Judge Gordon Sullivan prefers his reality to be bright orange.
There are fates worse than death.
I love an indie film with a good idea, and Dark Reality sounds like just the right thing: take the typical post-Saw slasher formula of a bunch of women trapped by a maniac, but instead of focusing on the killer or those who hunt him, focus on the trapped women. Telling the story of the victims by sticking with them sounds like an excellent way to produce dread and add a twist to a tired horror formula. I didn't actually see Dark Reality, but reviews are pretty mixed about how well it succeeded. What I can tell you, though, is that when director Chris Kazmier decided to film a sequel, A Darker Reality, he took the interesting idea of his first movie and married it to a bunch of detective/serial killer clichés.
The Ghost (Daniel Baldwin, Harley Davidson and the Marlboro Man) has killed eighty-five women, and he's being pursued by a detective (James C. Burns, The Trap) and a psychiatrist (Sonny Doench, Remember the Daze). While the legal forces are trying to stop The Ghost, the women he keeps drugged in his lair attempt to take on their captor.
A Darker Reality has three parts to it, all of which interweave throughout the excruciating 90-minute running time. The first part is the detective stuff. Think of the worst detective show you've ever seen on syndication late at night—A Darker Reality makes that look like Shakespeare. The idea that The Ghost is so smooth that he's evaded capture despite killing eighty-five women either makes him a criminal mastermind deserving of a medal, or it makes our detective/psychiatrist duo the most horrible examples of law enforcement ineptitude ever. Even if you can swallow that little bit of silliness, the whole investigative angle is so pathetically ham-fisted that there's no way to dig these detective types out of their hole.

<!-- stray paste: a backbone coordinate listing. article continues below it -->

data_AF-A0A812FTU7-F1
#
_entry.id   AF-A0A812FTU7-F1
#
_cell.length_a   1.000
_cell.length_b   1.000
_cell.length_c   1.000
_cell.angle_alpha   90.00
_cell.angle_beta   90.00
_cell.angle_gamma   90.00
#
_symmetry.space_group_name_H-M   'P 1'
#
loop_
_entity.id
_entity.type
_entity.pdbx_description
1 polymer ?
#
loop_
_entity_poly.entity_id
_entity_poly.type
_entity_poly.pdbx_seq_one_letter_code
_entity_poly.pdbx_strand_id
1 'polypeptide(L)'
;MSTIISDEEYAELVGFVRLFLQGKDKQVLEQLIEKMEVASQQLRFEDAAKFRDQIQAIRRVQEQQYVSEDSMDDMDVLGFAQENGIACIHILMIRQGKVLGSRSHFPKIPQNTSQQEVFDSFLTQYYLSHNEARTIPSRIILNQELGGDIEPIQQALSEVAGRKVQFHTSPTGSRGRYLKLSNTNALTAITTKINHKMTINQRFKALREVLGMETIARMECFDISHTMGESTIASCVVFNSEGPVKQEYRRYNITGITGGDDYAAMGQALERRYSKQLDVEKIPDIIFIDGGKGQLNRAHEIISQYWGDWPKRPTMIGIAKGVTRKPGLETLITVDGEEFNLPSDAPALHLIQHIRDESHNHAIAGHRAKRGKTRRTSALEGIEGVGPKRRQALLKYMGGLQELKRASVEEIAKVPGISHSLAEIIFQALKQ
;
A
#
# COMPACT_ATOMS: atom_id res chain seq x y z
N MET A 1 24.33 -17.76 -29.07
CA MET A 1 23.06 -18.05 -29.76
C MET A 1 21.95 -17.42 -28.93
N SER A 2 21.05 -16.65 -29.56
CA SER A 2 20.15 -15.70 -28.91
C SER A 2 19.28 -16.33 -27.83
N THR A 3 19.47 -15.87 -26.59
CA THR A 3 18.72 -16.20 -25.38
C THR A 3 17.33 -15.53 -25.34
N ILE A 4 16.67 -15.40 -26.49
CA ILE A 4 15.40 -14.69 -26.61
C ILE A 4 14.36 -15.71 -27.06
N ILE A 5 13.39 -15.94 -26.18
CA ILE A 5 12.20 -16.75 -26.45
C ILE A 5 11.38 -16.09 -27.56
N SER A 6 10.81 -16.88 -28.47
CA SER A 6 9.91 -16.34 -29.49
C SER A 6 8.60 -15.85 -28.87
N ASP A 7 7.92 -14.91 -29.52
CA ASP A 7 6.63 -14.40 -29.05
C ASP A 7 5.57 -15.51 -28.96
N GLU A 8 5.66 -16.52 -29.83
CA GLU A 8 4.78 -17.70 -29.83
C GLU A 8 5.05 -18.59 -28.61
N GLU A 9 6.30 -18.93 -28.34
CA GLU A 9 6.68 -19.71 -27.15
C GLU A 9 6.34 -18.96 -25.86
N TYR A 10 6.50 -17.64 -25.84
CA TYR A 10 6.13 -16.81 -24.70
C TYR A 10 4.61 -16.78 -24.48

Since there are detectives, we've got to have a killer to catch, and the second of the film's three parts includes those moments with The Ghost. For those into this sort of thing, these scenes might be the only redeeming parts of the movie—and by "this sort of thing," I mean directors finding inventive ways to torture women, cause that's pretty much all that The Ghost is good for. In the film's opening moments, we already have a naked woman trussed up in some kind of cross between a survivalist and a guy into Japanese rope bondage. It gets worse from there. It's not so much the gore (since the film is low-budget and lots of it is shot in darkness so we can't see much), but more the fact that someone sat around thinking, "How can I degrade women in new ways on film?" There are certainly more sadistic films out there, but A Darker Reality goes a bit farther than many films of this ilk.
Finally, we get the perspective of the victims. This is another case where a good idea is murdered by shoddy execution. The idea of focusing on the victims, letting their knowledge be our knowledge, their terror our terror is a sound one. However, it's obvious that more time and energy went into figuring out how to torture these women than went into making them anything like three dimensional characters. Instead of being real people afraid for their lives, they're stereotypical at best, and horrible caricatures at worst. The writing isn't solid enough to make us care about any of the victims despite the time we spend with them. On the flip side, they're not obnoxious enough to make us root for The Ghost.
The film isn't helped much by this DVD release. The standard definition 1.78:1 anamorphic widescreen transfer looks okay for the source material, but detail isn't particularly strong, and considering the number of dark or night scenes, black levels are not consistent enough. The 5.1 Dolby surround track sounds okay—the occasional metal music cues sound especially good—but the film mostly sticks to the center channel for most of its running time. The film's man extra is a set of deleted scenes that runs a little over 12 minutes. Nothing earth-shattering is presented, but the material cut is no worse than what made it in. The film's trailer is also included.
To be fair, Daniel Baldwin has the chops to make The Ghost at least decently acted. I can't recommend that even his most diehard fans watch the film for his performance, but it's a bright spot in an otherwise dim film.
A Darker Reality is barrel-scrapping "horror" at its worst. It's long on ideas about how to torture women, but short on pretty much everything else. That includes a coherent plot, decent acting, compelling characters, or a satisfying conclusion. Worth a rental for masochists, but otherwise avoid.
There are fates worse than death, like sitting through this movie. Guilty.
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Scales of Justice
Studio: Phase 4 Films
• Deleted Scenes
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